3. Plastic packaging can also contain chemicals that are known to be harmful to our health, including endocrine disruptors, which can have serious consequences for fertility. Of the 10,500 chemical substances that can be found in plastics, almost a quarter are of potential concern for human health and have been linked to diabetes, obesity, certain types of cancer and other illnesses.
  4. Throughout its lifecycle, plastic poses a threat to human rights. The production process is toxic, and in many countries, the waste management system depends on informal workers, subjected to dangerous conditions and lacking basic labour rights.

To protect people and nature, there is a need to reduce plastic use at all levels of society, and businesses have a major role to play in this.

What is Danone legally obliged to do?

The French Duty of Vigilance law is a groundbreaking new law that was adopted in response to the Rana Plaza tragedy – the collapse of a textile factory in Bangladesh in 2013 which resulted in the deaths of more than 1,000 people. The discovery of labels from famous clothing brands in the rubble moved public opinion. Until the law was adopted, companies were not held responsible for what happens in their value chain.

But now, under this law, large companies with more than 5,000 employees in France, or 10,000 employees in France and their foreign subsidiaries, must publish an annual ‘vigilance plan’ identifying the environmental and social risks stemming from their activities and those of their subsidiaries, suppliers and subcontractors, all around the world. These plans must include mitigation and prevention measures adapted to the severity of these risks, as well as a report on the implementation of these measures. 

Logically, given the scale of the plastics crisis, we believe this law should oblige companies to provide satisfactory responses on the subject. But Danone’s 2021 ‘vigilance plan’ and its more recent plan were nowhere near good enough.

What are we asking for specifically?

Danone should: 

  1. Map the impacts its use of plastics has on the environment, climate, health and human rights from production to end-of-life. 
  2. Provide a complete assessment of its plastic footprint, including plastics used in producing the products it sells, plastics used in logistics and promotions and plastic packaging.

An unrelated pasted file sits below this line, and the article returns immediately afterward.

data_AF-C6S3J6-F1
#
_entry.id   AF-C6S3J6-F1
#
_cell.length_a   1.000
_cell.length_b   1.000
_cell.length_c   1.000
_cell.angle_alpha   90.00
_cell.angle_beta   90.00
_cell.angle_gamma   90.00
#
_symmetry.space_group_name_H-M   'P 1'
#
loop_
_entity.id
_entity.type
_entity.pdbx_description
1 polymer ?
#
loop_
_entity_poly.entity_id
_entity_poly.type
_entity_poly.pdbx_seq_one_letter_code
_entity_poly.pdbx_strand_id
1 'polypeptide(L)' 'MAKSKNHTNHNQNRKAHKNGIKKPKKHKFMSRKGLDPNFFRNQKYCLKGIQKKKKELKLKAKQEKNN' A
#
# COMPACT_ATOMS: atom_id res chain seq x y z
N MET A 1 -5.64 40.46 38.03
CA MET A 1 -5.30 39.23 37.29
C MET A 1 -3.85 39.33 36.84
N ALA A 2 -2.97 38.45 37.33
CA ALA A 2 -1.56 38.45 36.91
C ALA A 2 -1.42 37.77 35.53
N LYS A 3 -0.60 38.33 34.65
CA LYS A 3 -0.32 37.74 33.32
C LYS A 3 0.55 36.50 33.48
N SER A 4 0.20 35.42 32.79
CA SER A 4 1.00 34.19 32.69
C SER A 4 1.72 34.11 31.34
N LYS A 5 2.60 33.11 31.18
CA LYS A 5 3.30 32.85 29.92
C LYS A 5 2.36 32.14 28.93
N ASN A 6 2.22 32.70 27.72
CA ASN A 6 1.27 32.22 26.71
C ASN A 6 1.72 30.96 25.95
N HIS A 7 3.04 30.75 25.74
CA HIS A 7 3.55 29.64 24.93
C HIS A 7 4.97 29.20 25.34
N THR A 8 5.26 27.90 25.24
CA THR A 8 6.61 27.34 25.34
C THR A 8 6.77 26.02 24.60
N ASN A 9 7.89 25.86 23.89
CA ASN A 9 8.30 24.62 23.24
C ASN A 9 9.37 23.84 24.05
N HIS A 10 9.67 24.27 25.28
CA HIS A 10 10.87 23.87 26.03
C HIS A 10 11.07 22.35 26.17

3. On the basis of this assessment, put together a ‘deplastification’ plan with quantified and dated objectives and act on it. 

What's happened since we filed our court case in January?

Our first hearing in the Paris Tribunal Judiciaire – the equivalent of the UK High Court – took place on Thursday 11 May 2022.

Since we launched our case, Danone came out with a new ‘vigilance plan’ but it falls short. Their plastic use is on the rise this year once again and their existing targets on plastics have been pushed back from 2025 to 2030.  

In September 2023, the judge ordered that the next phase of the process will be to enter into mediation with Danone, guided by an independent mediator. If we fail to find a workable solution, the normal legal process resumes.

In the face of the unfolding plastic crisis, Danone continues to churn out hundreds of thousands of tonnes of plastics in more than 120 countries across the world. 

The vast quantity of plastic used by Danone and then destined for the dustbin is harmful to the environment and human health, and it must be addressed immediately. Over the coming months, we’ll be making that case in court.  

In September 2023, Surfrider Europe and Zero Waste France published a report, detailing the progress that the nine companies we initially put on notice had made in assessing and addressing the impact of their plastic use through their vigilance plans.

Plastic litigation is on the rise – and that won’t be changing until companies stop kicking the can down the road and address the plastics crisis once and for all. We’re not the only ones asking for companies to step up – a coalition of 183 investors recently made the same demand.

More of our plastics work